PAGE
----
Shadow IT
Shadow IT, a new IT risk to companies. (Photo: iStock)

When people are working from home, anything can happen, from sharing inappropriate information to hacking bank accounts. Anyone working from home with their own computer equipment can become the Achilles heel of an entire corporation. The term Shadow IT has now been coined to refer to those systems adopted by employees that don’t have the approval of the company’s IT department.

According to Gartner, a technology research and consulting company, a third of all cybersecurity attacks in 2020 have happened due to improper use of Shadow IT.

This category includes Facebook, Instagram, photo editing apps, and many other tools that can turn into Trojan horses in terms of institutional security.

“It includes cloud services, which are increasingly used by companies and institutions,” explains Alejandro Parra Briones, professor of Computing at the School of Engineering and Sciences at the Monterrey campus of Tecnológico de Monterrey, in an interview for Tec Review.

According to the academic, you can fall prey to vulnerabilities in the cloud, so hackers often take advantage of this.

However, Shadow IT isn’t necessarily harmful. It’s like when students do their homework, but instead of consulting the sources recommended by the teacher, they turn to other sources such as Wikipedia or YouTube.

“This doesn’t mean that the homework’s going to be wrong. But you can’t determine whether the information is reliable, nor can you know whether commercials will appear in a video, taking attention away from the student’s academic objective,” says Parra Briones.

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The startup that deals with Shadow IT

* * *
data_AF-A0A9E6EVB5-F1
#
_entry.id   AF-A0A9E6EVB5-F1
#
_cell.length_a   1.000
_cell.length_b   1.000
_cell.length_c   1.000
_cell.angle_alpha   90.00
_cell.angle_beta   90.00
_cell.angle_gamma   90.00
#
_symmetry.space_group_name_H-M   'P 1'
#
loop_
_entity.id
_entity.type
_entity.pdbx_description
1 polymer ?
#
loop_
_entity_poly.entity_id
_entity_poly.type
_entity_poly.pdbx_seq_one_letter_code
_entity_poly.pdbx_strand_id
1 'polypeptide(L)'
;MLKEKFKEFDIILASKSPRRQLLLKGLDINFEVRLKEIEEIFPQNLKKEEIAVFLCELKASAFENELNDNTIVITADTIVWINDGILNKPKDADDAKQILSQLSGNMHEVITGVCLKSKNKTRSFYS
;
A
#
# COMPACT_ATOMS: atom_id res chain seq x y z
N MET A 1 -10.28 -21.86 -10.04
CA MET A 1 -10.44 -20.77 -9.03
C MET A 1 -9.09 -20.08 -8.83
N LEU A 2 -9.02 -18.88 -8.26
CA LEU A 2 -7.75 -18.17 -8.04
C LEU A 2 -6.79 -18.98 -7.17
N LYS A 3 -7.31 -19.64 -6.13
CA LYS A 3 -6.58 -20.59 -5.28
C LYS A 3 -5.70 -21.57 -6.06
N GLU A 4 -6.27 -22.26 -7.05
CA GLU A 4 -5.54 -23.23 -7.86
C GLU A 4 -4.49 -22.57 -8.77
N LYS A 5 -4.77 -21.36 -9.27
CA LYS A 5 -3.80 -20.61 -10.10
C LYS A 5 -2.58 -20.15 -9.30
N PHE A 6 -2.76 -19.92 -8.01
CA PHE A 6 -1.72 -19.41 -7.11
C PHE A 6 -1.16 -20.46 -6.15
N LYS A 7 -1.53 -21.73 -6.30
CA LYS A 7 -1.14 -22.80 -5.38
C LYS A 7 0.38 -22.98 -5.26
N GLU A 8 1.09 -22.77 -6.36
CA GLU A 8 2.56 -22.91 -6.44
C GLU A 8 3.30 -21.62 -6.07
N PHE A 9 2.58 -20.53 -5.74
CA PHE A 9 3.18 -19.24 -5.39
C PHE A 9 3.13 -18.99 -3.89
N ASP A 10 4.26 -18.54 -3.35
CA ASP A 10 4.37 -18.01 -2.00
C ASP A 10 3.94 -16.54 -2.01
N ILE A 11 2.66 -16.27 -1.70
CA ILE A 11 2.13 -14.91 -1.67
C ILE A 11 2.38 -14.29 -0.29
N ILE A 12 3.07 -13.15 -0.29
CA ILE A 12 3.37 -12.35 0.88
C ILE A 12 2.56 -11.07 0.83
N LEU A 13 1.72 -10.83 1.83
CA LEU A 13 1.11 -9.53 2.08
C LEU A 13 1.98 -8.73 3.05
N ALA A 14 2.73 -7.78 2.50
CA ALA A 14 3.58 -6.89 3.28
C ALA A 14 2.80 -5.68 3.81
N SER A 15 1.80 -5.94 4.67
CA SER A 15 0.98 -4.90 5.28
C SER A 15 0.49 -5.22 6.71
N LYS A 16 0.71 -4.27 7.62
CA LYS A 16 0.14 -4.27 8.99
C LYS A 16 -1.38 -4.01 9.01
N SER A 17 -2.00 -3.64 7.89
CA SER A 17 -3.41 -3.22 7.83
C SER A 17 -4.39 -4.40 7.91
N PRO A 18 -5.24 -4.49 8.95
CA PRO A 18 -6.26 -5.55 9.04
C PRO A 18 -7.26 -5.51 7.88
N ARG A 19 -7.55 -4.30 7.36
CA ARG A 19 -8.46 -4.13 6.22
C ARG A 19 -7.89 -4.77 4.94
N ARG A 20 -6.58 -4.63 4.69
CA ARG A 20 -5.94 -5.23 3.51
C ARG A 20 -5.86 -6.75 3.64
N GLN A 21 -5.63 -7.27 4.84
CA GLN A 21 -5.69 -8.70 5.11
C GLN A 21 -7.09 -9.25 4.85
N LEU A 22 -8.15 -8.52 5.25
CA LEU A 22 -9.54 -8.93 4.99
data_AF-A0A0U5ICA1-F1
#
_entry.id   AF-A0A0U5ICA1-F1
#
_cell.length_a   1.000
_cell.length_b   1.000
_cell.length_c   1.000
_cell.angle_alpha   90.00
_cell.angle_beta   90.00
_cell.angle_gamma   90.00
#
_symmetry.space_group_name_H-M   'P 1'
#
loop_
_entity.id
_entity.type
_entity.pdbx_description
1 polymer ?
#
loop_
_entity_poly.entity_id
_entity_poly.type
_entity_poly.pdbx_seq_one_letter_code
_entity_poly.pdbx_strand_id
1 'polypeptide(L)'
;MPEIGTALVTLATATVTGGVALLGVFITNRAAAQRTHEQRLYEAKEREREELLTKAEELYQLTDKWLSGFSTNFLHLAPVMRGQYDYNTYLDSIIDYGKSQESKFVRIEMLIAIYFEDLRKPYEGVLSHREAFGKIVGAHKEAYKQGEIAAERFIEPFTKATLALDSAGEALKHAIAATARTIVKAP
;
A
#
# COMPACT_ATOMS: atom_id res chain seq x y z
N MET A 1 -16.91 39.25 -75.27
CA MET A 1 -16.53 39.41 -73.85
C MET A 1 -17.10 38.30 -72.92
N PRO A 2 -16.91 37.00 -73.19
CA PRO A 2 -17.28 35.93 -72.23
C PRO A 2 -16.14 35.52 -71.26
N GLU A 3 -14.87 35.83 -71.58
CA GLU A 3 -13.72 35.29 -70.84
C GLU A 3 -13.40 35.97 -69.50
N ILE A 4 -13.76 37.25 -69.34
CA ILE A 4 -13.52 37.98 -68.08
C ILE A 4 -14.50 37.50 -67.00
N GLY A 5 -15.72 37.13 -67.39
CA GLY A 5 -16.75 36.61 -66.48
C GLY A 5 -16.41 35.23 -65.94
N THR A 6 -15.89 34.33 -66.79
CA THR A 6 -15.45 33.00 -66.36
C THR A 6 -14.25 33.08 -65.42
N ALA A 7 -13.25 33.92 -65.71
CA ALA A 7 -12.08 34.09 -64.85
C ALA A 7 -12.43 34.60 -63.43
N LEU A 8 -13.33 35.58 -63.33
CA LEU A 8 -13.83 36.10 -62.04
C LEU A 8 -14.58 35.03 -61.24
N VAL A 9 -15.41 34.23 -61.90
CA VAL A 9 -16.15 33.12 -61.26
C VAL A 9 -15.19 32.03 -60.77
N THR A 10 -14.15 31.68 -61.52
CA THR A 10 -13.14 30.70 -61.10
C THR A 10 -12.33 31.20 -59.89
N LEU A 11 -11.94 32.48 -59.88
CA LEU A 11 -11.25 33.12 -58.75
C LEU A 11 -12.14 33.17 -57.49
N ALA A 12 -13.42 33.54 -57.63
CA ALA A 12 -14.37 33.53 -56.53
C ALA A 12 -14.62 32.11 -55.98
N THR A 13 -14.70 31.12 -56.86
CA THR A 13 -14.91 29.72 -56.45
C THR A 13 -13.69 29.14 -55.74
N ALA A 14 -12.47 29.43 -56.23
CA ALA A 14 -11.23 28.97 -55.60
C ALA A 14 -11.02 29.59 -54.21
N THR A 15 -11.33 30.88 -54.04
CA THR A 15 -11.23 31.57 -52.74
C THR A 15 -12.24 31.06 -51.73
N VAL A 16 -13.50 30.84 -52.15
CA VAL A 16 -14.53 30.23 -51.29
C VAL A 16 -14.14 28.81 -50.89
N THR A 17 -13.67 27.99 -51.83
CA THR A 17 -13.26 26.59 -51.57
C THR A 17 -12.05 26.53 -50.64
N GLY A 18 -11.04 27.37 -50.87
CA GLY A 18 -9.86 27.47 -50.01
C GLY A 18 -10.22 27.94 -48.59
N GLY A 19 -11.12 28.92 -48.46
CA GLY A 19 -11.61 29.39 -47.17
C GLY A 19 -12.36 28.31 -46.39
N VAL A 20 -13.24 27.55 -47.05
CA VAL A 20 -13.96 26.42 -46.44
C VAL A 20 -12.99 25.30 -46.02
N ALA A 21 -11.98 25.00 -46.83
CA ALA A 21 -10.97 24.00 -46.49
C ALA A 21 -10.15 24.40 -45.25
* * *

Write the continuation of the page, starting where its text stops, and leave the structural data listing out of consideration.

Vidal González, one of the two founders of Cerby, agrees with Parra, and qualifies this as follows in an interview for Tec Review:

“The idea would have to be to protect people’s freedom to choose which applications to use. Shadow IT is a transitional phenomenon that in the future will simply be the way to always get the job done.”

Cerby is a digital security company that addresses the Shadow IT cybersecurity problem, by enabling end users to securely sign up and use the applications of their choice.

When this startup emerged, it was April. Many companies had already begun sending staff to work from home, so the concept of protecting people’s online identity became critical.

This is extremely important when you consider that, according to data from Statista, 72% of people have worked from home at some point since April. This could be extended because according to a recent survey carried out by the firm PwC, 97% of workers prefer remote work to in-person work in an office.

If social media has taught us anything, it’s that humans love to share information. In this sense, Belsasar Lepe, the other founder of Cerby, believes that when it comes to sharing confidential data and identities in a business context, it’s rarely done safely.

“That is why we founded Cerby, because security tools don’t respond to current data protection needs,” says Lepe.

Vidal has seen employees who couldn’t take the company’s equipment home and have had to use personal gadgets in order to do their work.

“This caused important information to be passed on through WhatsApp, a means that’s not made for transferring confidential information,” says González.

As in the previous case, there are many other IT risks related to Shadow IT that are increasingly common in these home office environments that, since the pandemic, have come to stay.